July 2018
Volume 59, Issue 9
Open Access
ARVO Annual Meeting Abstract  |   July 2018
Inner Retina Signaling and Well-Preserved Vision during Photoreceptor Degeneration in the P23H Retinitis Pigmentosa Model
Author Affiliations & Notes
  • Frans Vinberg
    Ophthalmology and Visual Sciences, University of Utah, Salt Lake City, Utah, United States
  • Henri O Leinonen
    Case Western Reserve University, Cleveland, Ohio, United States
  • Krzysztof Palczewski
    Case Western Reserve University, Cleveland, Ohio, United States
  • Footnotes
    Commercial Relationships   Frans Vinberg, None; Henri Leinonen, None; Krzysztof Palczewski, None
  • Footnotes
    Support  NIH Grants EY026651 (F.V.), EY027283 (K.P.)
Investigative Ophthalmology & Visual Science July 2018, Vol.59, 1869. doi:
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      Frans Vinberg, Henri O Leinonen, Krzysztof Palczewski; Inner Retina Signaling and Well-Preserved Vision during Photoreceptor Degeneration in the P23H Retinitis Pigmentosa Model. Invest. Ophthalmol. Vis. Sci. 2018;59(9):1869.

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      © ARVO (1962-2015); The Authors (2016-present)

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Purpose : The degeneration of rod photoreceptors associated with retinitis pigmentosa (RP) also triggers remodeling in the synaptic and inner nuclear layers of the retina. It is not fully understood how this remodeling affects the light-induced signaling from photoreceptors to ganglion cells, and if it is detrimental to vision. The goal of this study is to determine how photoreceptor signal transmission and overall vision are affected during progressive rod degeneration in the P23H RP model.

Methods : Optical coherence tomography was used to assess the extent of rod degeneration in 1, 3, and 5 mo. old RhoP23H/Wt (P23H) and age-matched wild-type (WT) mice. Visual acuity was determined using an optomotor response test. The function of the cone pathway was measured by photopic in vivo electroretinography (ERG). Rod photoreceptor and bipolar cell signaling was assessed by ex vivo ERG using dark-adapted isolated retinas perfused with medium containing barium. The bipolar cell component (Rb) of the ex vivo ERG signal was isolated by subtracting light responses recorded after blocking glutamatergic synaptic transmission with DL-AP4. The rod photoreceptor component (Rp) was determined in the presence of DL-AP4 and barium.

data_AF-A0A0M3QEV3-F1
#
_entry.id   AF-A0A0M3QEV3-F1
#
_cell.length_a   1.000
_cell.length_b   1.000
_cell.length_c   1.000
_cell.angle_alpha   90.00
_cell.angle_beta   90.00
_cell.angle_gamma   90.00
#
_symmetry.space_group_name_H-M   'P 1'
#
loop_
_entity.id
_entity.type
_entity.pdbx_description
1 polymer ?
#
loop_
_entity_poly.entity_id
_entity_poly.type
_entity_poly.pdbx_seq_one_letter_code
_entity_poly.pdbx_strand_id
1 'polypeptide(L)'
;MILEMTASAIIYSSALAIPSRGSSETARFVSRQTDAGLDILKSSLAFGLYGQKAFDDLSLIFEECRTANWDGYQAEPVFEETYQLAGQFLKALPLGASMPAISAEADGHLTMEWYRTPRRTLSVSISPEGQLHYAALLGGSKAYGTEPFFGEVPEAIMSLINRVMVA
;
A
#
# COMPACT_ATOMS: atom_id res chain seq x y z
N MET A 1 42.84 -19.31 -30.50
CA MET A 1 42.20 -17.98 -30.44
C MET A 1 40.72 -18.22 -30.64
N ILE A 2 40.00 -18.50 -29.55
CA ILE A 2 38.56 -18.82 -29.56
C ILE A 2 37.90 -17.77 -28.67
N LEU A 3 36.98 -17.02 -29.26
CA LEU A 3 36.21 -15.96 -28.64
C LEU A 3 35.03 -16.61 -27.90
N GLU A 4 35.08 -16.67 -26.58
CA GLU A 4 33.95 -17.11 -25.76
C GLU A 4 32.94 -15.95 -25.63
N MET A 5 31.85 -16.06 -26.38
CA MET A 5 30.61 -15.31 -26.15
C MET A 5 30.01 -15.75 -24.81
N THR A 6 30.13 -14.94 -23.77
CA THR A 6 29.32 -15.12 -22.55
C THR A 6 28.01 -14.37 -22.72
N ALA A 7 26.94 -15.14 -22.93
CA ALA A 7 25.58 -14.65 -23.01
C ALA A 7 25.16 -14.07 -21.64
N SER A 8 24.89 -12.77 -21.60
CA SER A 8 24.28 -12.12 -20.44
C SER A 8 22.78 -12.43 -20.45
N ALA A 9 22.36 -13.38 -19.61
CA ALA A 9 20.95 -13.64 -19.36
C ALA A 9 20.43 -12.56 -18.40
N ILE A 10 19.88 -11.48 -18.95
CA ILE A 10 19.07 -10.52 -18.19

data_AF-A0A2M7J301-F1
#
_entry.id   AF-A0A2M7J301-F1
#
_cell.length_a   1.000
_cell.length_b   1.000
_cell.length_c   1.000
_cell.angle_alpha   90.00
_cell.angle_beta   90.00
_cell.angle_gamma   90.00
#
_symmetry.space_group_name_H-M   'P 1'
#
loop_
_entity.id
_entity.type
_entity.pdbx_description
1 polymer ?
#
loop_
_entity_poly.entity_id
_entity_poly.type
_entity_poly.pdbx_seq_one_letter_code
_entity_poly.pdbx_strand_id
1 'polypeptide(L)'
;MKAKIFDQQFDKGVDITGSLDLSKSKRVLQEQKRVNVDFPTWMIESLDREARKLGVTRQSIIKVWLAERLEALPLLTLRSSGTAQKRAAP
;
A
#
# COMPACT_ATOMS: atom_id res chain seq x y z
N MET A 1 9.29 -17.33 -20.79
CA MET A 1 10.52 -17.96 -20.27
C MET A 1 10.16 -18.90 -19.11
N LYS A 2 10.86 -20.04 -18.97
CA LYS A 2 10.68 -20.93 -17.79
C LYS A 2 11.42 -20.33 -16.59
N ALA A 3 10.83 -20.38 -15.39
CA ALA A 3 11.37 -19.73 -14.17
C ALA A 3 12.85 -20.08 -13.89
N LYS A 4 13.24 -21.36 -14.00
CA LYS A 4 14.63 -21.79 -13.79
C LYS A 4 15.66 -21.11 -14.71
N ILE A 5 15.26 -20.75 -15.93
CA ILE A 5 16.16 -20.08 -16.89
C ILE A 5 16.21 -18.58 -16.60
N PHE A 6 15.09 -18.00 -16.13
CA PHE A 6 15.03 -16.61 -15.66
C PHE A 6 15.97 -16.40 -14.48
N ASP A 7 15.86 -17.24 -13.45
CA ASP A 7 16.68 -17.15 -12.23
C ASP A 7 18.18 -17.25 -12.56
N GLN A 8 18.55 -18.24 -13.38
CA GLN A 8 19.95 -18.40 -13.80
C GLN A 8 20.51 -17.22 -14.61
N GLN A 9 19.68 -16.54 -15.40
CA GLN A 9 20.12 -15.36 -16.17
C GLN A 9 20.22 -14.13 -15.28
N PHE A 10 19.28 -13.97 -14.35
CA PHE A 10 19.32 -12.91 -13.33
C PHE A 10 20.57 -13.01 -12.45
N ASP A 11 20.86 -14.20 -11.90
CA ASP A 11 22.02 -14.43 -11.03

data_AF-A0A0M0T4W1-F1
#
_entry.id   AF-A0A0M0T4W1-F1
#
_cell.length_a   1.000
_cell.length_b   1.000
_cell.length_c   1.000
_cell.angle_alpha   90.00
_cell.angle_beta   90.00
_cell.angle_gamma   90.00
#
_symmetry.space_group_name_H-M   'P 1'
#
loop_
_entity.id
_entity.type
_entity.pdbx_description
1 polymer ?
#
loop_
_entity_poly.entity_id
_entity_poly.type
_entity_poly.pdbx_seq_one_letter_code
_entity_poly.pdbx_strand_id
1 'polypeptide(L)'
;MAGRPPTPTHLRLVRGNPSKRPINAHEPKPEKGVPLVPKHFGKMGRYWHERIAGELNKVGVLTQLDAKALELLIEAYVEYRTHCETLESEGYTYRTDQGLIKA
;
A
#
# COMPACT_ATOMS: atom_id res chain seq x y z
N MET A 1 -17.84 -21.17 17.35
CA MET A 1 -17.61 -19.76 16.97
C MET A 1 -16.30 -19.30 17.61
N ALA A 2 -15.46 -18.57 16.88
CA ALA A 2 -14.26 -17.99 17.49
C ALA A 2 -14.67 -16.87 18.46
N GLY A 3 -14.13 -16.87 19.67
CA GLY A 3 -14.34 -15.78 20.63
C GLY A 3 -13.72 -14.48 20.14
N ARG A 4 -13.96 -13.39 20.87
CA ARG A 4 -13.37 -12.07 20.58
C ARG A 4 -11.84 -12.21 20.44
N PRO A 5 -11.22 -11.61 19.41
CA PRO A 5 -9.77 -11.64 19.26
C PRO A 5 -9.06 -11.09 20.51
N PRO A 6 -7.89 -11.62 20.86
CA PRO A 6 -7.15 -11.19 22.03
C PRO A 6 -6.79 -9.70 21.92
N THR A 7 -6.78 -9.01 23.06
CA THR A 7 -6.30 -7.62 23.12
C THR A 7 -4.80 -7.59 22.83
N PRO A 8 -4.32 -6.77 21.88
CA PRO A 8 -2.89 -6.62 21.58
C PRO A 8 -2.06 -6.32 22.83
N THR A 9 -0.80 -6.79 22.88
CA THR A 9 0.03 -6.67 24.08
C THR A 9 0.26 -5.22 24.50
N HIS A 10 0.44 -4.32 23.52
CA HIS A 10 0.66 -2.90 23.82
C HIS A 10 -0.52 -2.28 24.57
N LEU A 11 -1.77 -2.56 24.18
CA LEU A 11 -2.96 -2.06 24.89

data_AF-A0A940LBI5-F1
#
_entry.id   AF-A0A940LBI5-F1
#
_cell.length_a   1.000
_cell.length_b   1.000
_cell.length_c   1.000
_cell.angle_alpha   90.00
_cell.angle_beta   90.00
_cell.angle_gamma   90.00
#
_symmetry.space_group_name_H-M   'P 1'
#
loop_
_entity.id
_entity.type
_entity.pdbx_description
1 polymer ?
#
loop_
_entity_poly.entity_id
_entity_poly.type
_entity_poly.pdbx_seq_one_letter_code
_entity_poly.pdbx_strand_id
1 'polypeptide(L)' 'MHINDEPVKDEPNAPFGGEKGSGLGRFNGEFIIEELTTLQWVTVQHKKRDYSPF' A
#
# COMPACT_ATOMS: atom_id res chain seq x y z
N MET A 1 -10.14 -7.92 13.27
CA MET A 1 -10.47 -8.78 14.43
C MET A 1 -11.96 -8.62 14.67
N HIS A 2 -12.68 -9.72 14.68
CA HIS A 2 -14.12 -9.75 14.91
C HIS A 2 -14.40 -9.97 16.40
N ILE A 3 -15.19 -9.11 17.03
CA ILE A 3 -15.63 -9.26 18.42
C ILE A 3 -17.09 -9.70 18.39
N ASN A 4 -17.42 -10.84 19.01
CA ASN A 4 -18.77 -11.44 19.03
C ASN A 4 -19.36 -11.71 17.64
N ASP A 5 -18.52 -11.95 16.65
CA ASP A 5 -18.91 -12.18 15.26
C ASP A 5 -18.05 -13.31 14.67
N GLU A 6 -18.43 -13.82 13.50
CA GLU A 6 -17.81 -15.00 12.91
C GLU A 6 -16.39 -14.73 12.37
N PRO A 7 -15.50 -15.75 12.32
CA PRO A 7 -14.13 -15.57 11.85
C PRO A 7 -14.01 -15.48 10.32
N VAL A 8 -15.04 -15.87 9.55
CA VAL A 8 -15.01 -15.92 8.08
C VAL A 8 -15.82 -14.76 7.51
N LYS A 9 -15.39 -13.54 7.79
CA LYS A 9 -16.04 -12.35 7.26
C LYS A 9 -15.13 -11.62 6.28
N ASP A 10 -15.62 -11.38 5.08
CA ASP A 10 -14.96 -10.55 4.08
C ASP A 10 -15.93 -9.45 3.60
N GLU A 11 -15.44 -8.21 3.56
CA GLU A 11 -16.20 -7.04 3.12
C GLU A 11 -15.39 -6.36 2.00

Results : Average outer nuclear layer thickness in the central retina was ~45 µm in 1 mo. P23H mice (58 µm in WT mice), and decreased an additional 50% at 3 mo. and further by 25% by 5 mo. of age. Visual acuity was initially normal in P23H mice and only declined by ~10% in 5 mo. mutant mice. Photopic in vivo ERG b-wave responses were sensitized in amplitude but slowed slightly at 1 and 3 mo. of age in P23H mice. The maximal ex vivo ERG response amplitude (rod component) decreased gradually from 240 µV in 1 mo. to 81 µV in 5 mo. P23H mice, while it was ~400 µV in littermate WT mice regardless of age. Surprisingly, the bipolar cell component Rb was similar in control and 1 mo. P23H mice. The Rp-Rb plot changed with age in P23H mice, demonstrating sensitization of bipolar cells to the remaining photoreceptor input.

Conclusions : We show that behaviorally relevant vision is well-preserved despite extensive photoreceptor degeneration and dysfunction in a P23H mouse model of RP. Potentiation of the photoreceptor – bipolar signaling may contribute to this phenomenon and warrants further investigation.

This is an abstract that was submitted for the 2018 ARVO Annual Meeting, held in Honolulu, Hawaii, April 29 - May 3, 2018.


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